Review of A Feast for Crows by George R.R. Martin

Fantasy Audiobook Review

Fantasy Audiobook - A Feast for Crows by George R.R. MartinA Feast for Crows
By George R.R. Martin; Read by John Lee
26 CDs – Approx. 31 Hours [UNABRIDGED]
Publisher: Random House Audio
Published: 2005
ISBN: 0739308742
Themes: / Fantasy / Epic Fantasy / Medieval setting / Power Struggle / Dragons /

There’s a long story behind A Feast for Crows, but I’ll make it short. George R.R. Martin, while writing the fourth installment of the superior A Song of Ice and Fire epic fantasy series, found it was getting too long. Long enough, in fact, that if he published it as-was, it would need to be broken up into two volumes. So, rather than break the book into two pieces at the middle, he split the book by character, including the complete story of select characters in one volume, leaving the rest of the characters to appear in the next volume. A Feast for Crows, then, is the fourth book, and a new fifth book (A Dance with Dragons) will be published relatively soon. This novel is a bit shorter than the previous volumes, but still clocks in at 31 hours on unabridged audio.

Roy Dotrice read the first three volumes in the series, but this time British actor John Lee narrated. I’m not sure why the change was made; the narrators were very different. While Dotrice has a rough, earthy delivery, Lee’s style is smooth and skilled. Both narrators succeed with Martin’s story, because with such a large number of characters, ranging from royalty to peasants, each found places to shine.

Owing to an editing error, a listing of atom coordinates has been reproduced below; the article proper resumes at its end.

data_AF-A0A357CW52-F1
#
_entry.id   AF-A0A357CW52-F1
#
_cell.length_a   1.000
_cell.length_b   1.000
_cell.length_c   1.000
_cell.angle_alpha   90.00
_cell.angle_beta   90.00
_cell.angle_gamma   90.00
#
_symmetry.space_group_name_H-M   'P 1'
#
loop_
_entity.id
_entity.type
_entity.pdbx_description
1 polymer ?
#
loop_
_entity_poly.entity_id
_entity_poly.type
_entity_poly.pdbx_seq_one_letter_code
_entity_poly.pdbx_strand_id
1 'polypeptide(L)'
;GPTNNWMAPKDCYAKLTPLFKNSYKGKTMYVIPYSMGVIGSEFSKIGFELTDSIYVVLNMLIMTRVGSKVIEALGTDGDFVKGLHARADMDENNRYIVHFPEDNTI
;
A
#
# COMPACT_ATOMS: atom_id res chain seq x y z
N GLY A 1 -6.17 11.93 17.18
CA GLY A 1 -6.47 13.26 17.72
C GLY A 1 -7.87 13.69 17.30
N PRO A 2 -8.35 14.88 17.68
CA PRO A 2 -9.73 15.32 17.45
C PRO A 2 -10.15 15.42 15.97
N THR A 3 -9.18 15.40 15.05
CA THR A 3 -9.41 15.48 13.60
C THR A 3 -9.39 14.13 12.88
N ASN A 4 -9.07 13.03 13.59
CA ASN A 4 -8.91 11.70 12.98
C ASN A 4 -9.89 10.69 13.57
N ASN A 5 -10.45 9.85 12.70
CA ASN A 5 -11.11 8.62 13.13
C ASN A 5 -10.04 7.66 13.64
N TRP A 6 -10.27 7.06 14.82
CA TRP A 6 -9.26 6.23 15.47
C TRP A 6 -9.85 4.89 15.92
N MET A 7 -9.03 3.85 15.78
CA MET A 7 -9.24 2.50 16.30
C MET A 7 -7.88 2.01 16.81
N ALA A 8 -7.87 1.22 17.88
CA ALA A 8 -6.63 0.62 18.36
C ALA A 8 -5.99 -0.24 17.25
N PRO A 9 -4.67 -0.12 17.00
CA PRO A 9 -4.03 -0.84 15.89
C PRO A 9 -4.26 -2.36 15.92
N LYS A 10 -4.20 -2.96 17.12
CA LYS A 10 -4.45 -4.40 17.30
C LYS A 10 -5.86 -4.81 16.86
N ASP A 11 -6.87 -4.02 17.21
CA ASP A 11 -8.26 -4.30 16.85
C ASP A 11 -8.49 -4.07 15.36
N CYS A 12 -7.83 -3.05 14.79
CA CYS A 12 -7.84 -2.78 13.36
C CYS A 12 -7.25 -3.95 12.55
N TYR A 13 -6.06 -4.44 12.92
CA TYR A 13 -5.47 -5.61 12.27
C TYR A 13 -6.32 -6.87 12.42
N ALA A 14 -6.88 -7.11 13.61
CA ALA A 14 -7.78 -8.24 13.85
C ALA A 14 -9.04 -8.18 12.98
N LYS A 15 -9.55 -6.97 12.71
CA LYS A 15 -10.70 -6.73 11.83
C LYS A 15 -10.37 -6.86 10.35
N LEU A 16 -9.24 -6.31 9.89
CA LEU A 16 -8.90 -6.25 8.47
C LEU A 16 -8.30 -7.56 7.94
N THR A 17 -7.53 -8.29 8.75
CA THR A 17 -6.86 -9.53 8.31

The myriad of characters brings me to my next point. This is the first of these large novels that I’ve heard before I read. Some listeners have complained that the novels are difficult to follow on audio because there are so many entrances, but I didn’t feel that way until now. With this novel, I found that the portions of the book that involved characters I didn’t know from previous books were indeed difficult to follow. When a character I knew arrived on the scene, I was fully engaged with the story.

There is a very simple remedy to this. There are acres of real estate on the packaging for large audiobooks. Why not include a Cast of Characters (Dramatis Personae)? Why not include the maps from the print version? Both of these items would have been welcome.

I thoroughly enjoyed this book. I am a huge fan of Martin’s, and especially this series. I felt that this one started a bit slowly, but ended with a bang. I reveled in being in Westeros again. Many of the characters I like were not included in this novel, which both disappointed me and heightened my anticipation for the next volume. A Feast for Crows delivers much – I was riveted to the last third of this audiobook – but I can’t help to feel that it is incomplete, because of the missing characters and because it is the middle of a long wonderful saga that I am patiently waiting to see through.

Posted by Scott D. Danielson

Scott D.

Reviews Editor, SFFaudio

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